Balancing light and shade as a local MP can be a difficult trick. All too often, we focus on what is wrong with Blackpool and Cleveleys. When we do that, it’s easy to be accused of ‘talking the town down’ – a kneejerk response. Only talk about the positive, and you get emails saying “Why aren’t you talking about X or Y”.
Local BBC radio has just spent the best part of a month looking at Blackpool’s public health problems – highly complex, inter-related causation, with no single, obvious solution. People are individuals, and just pulling one lever like Minimum Alcohol Pricing, however desirable some might think it, will never change the world. The solutions that get a front page on the Gazette often aren’t solutions, just statements of intent.
Real change is perhaps far less glamorous, because you have to work at an individual level. And so I make no apologies for devoting a whole email to the work of Aspired Futures, a Blackpool-based charity which deserves a much higher profile in the town than it currently gets. Having attended their market and variety show at Blackpool Sixth Form last night, organised alongside Palatine Rotary, I think they’re on their way to that higher profile. And under the leadership of the impressive Carmen Conquer, I have every confidence they will make it.
Lots of local organisations try to support improved parenting, but none do it quite like Aspired. Aspired Futures works with the children themselves, from whatever age they start with Aspired Futures to adulthood, equipping them with the confidence that they can achieve, no matter what label society has hung around their neck, no matter what challenge life has thrown at them from birth. I’m not going to try to describe who Aspired Futures work with, as that’s imposing labels already – but do go and read about them atwww.aspired-futures.com.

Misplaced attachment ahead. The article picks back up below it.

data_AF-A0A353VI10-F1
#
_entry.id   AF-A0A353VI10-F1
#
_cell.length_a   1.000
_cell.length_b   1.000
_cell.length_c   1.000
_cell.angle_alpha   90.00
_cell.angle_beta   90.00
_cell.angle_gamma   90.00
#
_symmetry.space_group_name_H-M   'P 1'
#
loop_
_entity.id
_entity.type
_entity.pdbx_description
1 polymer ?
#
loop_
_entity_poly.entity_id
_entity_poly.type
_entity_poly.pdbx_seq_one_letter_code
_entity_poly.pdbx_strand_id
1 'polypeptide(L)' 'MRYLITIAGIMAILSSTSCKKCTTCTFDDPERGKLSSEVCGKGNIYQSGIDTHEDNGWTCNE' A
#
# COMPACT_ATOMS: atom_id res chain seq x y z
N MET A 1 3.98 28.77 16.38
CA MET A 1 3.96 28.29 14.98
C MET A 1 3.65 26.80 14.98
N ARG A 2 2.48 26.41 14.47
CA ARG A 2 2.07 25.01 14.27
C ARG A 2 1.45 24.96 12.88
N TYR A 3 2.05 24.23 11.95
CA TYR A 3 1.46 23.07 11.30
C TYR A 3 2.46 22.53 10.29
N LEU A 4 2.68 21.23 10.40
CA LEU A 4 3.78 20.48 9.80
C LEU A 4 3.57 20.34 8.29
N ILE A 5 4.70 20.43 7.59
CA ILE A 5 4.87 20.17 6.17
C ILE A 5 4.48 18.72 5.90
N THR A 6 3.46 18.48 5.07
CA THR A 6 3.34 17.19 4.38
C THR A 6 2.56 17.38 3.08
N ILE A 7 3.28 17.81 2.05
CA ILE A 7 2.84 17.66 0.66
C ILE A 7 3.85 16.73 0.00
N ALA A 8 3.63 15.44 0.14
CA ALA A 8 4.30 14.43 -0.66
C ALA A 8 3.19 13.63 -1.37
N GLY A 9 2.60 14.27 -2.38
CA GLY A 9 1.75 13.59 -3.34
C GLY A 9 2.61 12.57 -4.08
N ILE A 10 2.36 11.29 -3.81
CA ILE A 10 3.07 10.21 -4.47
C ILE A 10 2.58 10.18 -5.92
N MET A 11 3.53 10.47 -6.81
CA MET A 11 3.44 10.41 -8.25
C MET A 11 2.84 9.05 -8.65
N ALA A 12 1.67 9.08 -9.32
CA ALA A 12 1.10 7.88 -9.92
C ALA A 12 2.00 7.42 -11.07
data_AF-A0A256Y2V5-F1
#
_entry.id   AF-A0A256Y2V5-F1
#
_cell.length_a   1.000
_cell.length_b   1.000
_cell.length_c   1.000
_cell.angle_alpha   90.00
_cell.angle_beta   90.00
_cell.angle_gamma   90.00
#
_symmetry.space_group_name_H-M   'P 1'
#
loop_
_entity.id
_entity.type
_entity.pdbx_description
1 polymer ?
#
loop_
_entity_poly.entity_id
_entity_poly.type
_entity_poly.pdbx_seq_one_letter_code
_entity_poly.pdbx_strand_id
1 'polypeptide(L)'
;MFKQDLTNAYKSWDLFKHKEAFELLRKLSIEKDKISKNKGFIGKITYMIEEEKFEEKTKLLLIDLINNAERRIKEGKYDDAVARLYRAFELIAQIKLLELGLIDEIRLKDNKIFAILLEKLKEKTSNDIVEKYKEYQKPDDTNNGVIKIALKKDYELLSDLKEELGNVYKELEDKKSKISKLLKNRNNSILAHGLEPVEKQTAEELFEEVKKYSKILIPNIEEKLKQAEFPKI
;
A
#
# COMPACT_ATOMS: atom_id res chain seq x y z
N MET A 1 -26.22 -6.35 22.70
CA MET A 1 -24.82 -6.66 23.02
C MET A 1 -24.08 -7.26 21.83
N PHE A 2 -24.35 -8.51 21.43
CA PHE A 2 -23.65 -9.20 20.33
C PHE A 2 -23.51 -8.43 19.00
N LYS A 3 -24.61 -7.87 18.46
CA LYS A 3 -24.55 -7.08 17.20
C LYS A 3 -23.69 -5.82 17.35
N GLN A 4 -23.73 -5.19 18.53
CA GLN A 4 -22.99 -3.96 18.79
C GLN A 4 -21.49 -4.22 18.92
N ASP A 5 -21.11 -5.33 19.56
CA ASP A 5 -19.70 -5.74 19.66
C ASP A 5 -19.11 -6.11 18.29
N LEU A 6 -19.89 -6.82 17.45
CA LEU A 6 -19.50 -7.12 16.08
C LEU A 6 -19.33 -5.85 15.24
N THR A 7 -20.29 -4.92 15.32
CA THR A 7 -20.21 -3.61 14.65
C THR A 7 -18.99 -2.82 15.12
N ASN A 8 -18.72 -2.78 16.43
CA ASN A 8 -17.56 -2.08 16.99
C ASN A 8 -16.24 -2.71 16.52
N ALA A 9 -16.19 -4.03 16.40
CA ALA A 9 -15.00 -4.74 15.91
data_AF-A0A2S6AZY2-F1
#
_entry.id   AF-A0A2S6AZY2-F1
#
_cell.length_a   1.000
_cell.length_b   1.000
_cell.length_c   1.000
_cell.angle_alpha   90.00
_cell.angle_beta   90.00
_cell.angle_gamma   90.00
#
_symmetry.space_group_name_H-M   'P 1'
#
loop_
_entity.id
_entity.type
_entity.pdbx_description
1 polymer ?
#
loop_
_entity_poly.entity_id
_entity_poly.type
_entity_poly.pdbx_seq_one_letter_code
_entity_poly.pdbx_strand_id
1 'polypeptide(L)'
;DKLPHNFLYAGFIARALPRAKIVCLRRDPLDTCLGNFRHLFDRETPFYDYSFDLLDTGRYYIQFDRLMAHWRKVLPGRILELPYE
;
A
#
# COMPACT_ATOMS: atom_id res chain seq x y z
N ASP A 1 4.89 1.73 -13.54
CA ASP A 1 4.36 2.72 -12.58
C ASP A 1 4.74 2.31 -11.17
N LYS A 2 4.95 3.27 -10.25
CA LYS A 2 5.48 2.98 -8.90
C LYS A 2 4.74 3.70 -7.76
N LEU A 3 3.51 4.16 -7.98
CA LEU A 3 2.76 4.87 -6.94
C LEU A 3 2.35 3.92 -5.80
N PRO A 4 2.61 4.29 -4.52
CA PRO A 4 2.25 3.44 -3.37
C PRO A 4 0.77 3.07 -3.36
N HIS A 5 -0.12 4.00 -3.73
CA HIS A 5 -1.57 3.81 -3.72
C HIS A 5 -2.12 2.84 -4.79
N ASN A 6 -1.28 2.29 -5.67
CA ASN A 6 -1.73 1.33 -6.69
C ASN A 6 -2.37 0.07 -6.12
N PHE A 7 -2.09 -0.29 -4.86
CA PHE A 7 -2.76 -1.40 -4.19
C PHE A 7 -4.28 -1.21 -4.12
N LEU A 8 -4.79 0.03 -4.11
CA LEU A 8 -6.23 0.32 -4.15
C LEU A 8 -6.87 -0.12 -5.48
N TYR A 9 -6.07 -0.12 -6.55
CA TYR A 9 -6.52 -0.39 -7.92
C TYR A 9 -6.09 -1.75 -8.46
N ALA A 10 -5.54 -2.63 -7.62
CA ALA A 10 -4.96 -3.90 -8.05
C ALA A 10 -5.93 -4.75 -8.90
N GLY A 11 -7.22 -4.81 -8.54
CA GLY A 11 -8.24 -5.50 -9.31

The Variety Show was in the traditional style of all variety shows, and included Steven Hall (Britain’s Got Talent 2012 finalist) who had come all the way from Kendal to perform. Children who have benefitted from Aspired Futures featured heavily, as did many of what I will call ‘Friends of Aspired’. The young lads from Great Arley School in Thornton who did some Indian dancing for us visibly grew a few inches as their confidence improved – they looked amazed and delighted when we all applauded, and it brought a tear to my eye!
But that is precisely what Aspired is about – transcending simple labels like ‘learning difficulties’ to encourage real, meaningful, personal growth. Life is complex, and Aspired Futures helps provide a road-map through it for those who might otherwise struggle to make sense of the world around them.
Other highlights were the St Paul’s Street Dancers (who I fancy might be at the Claremont Gala next Saturday, so I hope to see them again) and Kat’s Kittens (from South Shore) who tango’ed and mambo’ed their way around the stage. It was a true variety show!
One of the key elements of the Aspired programme is getting the children into the Sixth Form so that they feel that is somewhere they too have as much right to aspire to going to as anyone else. It’s worked really well, and I think the students there have benefitted also. Two Blackpool Sixth bands performed last night – the Big Red with their Strokes-inspired performances, and Belvadere who are a folk-inspired, quite eclectic but utterly superb: here they are with their debut single in their back garden on YouTube:http://www.youtube.com/watch?v=ErDqLztypwo. They did mention they were appearing at the Fylde Folk Festival in Fleetwood at the end of August (www.fylde-folk-festival.com) but check them out – highly impressed.
I could go on, and realise I usually do, but it’s pleasing to be able to increase awareness of a charity which delivers real change, to real people’s lives, and who deserve a great deal more support. For every child that benefits, I am sure there are many more out there who don’t get the help they need. Aspired doesn’t just helicopter in, ‘fix’ the problems, and fly back out – it’s about a commitment to these children that can last a decade or longer. And as I have heard from the young people themselves, it really does change lives, and leaves a legacy of aspiration for all.